American military leaders are preparing for armed conflict with North Korea in case Washington’s diplomatic efforts fail, but there is a clear realization among defense officials that a war would be absolutely devastating.

“If the sanctions don’t work, we’ll have to go phase two,” President Donald Trump said recently. “Phase two may be a very rough thing, may be very, very unfortunate for the world.” The Trump administration asserts it desires a peaceful solution, yet the president and other senior officials have repeatedly stressed that all options remain on the table, including the application of military force.

A tabletop exercise was recently held in Hawaii, and Army Chief of Staff Gen. Mark Milley and Commander of Special Operations Command Gen. Tony Thomas were both in attendance, according to The New York Times.

Evaluating the potential casualties, Milley reportedly remarked that the “brutality” of such a conflict “will be beyond the experience of any living soldier.”

An estimated 10,000 American troops could be killed or wounded in the opening days of the conflict, and civilian deaths could be in the hundreds of thousands, even higher if the North utilizes its arsenal of nuclear, biological, and chemical weapons. The Pentagon reportedly estimates that as many as 20,000 South Koreans would die each day.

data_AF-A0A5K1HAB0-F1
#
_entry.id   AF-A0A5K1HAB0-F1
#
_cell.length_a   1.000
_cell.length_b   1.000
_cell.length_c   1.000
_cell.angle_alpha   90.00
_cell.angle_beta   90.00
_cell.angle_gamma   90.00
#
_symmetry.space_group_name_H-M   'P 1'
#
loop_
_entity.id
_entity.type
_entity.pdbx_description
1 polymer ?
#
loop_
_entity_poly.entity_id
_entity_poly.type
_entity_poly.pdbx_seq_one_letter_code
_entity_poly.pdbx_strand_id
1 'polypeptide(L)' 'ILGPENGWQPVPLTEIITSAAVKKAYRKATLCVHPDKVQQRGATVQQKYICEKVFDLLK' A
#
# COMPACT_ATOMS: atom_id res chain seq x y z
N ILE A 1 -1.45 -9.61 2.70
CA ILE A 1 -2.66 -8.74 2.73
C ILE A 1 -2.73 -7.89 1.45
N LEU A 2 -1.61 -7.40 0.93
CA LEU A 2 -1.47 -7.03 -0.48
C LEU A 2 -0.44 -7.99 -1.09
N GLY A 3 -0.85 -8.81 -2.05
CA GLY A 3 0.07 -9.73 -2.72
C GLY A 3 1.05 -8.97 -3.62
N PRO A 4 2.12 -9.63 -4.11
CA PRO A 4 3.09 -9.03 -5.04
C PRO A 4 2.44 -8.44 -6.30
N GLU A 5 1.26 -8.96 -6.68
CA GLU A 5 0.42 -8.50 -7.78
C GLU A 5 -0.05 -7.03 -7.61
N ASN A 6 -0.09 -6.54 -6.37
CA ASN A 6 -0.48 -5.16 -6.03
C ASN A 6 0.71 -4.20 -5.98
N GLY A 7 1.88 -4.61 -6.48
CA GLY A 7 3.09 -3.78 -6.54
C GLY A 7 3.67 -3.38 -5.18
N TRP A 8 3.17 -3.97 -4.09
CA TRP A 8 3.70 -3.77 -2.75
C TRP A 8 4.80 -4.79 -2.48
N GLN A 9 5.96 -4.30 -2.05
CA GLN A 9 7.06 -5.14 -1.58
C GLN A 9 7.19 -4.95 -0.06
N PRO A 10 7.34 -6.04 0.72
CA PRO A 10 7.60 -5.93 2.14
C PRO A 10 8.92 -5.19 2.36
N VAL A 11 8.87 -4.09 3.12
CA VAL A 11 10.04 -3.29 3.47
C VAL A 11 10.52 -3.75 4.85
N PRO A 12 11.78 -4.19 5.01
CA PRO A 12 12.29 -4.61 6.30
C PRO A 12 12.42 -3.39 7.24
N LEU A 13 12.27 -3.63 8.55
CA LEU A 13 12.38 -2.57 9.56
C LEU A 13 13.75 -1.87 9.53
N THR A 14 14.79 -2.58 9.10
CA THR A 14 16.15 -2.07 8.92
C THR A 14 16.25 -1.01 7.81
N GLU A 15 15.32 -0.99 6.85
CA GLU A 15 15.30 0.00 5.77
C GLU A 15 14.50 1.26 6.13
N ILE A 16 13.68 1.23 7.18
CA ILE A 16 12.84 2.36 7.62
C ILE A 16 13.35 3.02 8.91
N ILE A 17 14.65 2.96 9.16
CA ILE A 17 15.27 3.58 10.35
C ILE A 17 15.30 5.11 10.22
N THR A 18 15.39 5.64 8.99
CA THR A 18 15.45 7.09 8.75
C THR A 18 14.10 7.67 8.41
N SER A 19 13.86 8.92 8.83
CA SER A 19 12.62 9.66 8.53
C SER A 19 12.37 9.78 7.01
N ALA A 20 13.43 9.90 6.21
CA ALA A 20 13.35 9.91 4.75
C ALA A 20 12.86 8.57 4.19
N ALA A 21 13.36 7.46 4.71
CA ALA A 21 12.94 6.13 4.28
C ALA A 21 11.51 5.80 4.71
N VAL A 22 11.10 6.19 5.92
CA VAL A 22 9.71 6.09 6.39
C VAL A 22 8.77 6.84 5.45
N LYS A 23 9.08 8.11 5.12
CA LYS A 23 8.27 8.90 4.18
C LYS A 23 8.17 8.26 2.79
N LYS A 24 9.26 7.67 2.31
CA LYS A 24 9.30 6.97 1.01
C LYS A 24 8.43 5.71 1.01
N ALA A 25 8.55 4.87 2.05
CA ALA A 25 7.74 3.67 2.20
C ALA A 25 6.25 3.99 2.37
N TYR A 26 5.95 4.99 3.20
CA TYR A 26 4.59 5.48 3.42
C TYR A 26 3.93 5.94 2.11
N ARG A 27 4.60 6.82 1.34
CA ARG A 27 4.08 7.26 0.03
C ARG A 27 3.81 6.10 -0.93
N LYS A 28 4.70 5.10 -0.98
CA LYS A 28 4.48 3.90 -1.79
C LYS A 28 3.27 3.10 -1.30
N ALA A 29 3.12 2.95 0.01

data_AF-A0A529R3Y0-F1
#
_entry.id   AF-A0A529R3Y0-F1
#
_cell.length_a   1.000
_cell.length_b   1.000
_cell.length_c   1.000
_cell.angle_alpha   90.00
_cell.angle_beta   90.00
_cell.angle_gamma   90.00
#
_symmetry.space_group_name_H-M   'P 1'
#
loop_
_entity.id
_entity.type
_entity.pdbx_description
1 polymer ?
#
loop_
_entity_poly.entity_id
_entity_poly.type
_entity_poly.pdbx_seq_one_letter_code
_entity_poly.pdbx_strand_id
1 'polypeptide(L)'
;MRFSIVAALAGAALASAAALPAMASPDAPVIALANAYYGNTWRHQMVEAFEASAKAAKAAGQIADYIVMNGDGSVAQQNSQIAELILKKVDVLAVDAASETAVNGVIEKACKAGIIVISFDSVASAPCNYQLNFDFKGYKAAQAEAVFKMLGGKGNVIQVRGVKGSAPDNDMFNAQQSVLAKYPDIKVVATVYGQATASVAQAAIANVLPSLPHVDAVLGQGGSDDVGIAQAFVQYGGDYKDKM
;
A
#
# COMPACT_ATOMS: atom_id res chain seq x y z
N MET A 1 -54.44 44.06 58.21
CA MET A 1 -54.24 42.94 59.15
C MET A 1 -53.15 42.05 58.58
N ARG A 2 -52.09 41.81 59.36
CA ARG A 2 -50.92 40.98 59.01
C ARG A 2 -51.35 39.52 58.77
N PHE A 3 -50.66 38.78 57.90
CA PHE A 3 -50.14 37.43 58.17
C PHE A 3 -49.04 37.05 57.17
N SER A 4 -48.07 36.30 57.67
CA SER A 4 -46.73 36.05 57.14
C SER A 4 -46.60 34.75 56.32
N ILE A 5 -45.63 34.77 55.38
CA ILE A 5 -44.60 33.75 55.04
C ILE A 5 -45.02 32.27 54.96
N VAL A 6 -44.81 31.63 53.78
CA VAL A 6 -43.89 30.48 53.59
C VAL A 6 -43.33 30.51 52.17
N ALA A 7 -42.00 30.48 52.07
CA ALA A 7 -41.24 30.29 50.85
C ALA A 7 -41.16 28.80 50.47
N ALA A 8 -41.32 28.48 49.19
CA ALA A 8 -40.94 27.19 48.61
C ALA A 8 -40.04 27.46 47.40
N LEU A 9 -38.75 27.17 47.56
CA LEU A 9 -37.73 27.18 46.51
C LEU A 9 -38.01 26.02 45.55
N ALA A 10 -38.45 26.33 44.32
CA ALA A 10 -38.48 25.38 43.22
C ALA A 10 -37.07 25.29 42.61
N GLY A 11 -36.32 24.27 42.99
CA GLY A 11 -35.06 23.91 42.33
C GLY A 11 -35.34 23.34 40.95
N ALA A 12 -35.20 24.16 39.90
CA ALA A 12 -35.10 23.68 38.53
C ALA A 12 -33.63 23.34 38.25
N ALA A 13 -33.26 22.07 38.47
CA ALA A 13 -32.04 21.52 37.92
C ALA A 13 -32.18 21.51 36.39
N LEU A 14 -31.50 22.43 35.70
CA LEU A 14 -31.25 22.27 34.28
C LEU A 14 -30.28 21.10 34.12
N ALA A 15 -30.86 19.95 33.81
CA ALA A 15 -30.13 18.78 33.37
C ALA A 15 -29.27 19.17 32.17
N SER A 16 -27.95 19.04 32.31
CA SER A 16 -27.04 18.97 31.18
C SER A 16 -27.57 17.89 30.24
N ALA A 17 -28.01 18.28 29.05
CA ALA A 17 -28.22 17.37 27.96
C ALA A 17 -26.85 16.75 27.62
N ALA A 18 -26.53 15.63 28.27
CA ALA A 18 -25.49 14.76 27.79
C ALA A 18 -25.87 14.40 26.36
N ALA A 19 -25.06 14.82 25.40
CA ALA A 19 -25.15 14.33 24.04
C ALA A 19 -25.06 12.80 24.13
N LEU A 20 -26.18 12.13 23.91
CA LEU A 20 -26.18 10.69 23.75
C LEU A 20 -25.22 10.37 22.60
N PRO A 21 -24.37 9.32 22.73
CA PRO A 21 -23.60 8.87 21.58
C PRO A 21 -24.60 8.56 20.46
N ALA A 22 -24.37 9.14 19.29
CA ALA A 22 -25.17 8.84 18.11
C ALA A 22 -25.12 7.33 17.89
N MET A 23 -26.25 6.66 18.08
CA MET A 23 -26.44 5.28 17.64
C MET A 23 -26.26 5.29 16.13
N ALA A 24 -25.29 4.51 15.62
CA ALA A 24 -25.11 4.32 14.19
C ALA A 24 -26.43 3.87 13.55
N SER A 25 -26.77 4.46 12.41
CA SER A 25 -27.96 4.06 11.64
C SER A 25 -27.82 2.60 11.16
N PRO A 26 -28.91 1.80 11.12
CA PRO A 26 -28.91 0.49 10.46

“When I was in government, when we ran war games, the estimates were hundreds of thousands of casualties, and that was before we thought North Korea had nuclear weapons,” Bruce Klingner, the former chief of the Central Intelligence Agency’s Korea branch and now a senior research fellow for Northeast Asia at The Heritage Foundation’s Asian Studies Center, previously told The Daily Caller News Foundation.

The nearly two dozen artillery battalions threatening Seoul have the ability to wreak havoc on the local population.

The recent exercise addressed various combat concerns, such as logistical issues like the evacuation of the wounded and the deployment of additional troops, tunnels and critical strike targets.

Secretary of Defense James Mattis has previously warned that war with North Korea would be “catastrophic” and “tragic on an unbelievable scale.” Speaking before Congress, he stressed that, “It would be a war that fundamentally we don’t want.”

North Korea has insisted that it is open to talks with the U.S. but demanded that talks take place without preconditions. The U.S. is willing to talk but only “under the right conditions,” Trump says.

Despite rumors in the media that the president is considering a preemptive, preventative “bloody nose” strike on North Korea, the administration has repeatedly denied these claims and put an emphasis on the need for diplomacy. The unexpected retirement of senior Department of State official Joseph Yun, America’s top North Korea negotiator, may, however, complicate the Trump administration’s diplomatic efforts.

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